Chromium Successfully Ported by Canonical to the Mir Display Server

The developer who did the port also posted a video to prove that it works

Canonical is still working hard on the Mir display server, and a developer has just posted an important update regarding the evolution of Mir.

The Mir display server was initially scheduled for launch in Ubuntu 14.04 LTS, but the Ubuntu developers decided that it wasn't quite ready for the public. Another problem was that some applications would not work on Mir, for obvious reasons, and Chromium is just one of them.

Ubuntu developer Robert Carr has brought us some good news on this front and announced that Chromium has been ported successfully on the Mir display server, and he even has video proof to show for it.

Getting Chromium to work on Mir doesn't seem important at first glance, but you have to keep in mind that it's also the base for Google Chrome and Opera (if the Opera developers decide to release a Linux version anytime soon).

If Chromium works on Mir, it also means that it works on Unity8, the version that is now used on Ubuntu for phones and tablets. The desktop build could arrive as soon as Ubuntu 14.10 (in October, 2014), but there is no guarantee.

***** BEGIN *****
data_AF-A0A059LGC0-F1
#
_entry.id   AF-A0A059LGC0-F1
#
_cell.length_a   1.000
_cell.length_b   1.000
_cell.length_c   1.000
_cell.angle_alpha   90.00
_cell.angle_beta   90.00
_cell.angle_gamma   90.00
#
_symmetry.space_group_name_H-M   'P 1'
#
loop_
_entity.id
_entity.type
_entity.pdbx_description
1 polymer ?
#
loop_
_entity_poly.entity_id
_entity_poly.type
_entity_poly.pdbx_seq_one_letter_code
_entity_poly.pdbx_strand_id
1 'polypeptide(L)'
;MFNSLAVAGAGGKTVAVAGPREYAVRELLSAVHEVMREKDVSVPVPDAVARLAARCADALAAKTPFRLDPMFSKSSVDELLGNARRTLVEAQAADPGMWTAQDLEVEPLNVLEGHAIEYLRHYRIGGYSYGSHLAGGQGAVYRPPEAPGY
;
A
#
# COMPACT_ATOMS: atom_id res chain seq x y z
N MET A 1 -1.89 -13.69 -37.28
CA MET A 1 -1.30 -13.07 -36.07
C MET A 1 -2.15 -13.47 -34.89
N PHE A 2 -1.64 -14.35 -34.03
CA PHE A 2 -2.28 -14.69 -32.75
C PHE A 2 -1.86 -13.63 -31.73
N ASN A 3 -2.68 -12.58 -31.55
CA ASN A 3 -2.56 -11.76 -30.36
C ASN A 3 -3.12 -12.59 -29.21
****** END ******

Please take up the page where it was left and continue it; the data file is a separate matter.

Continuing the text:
“As an Ubuntu developer, focused on the Ubuntu Touch mobile story, this is even more exciting though! Chromium running on Mir is the first and biggest step towards running Chromium in Unity 8, ensuring a diverse browser ecosystem for the future of Ubuntu,” said Robert Carr in the announcement, which he shared on Google+.

Besides the obvious functionality of Chromium, the developer also showed WebGL working without a hitch, Google Maps, and even YouTube. For more technical details about the porting process, you can check the developer's announcement on Google+.

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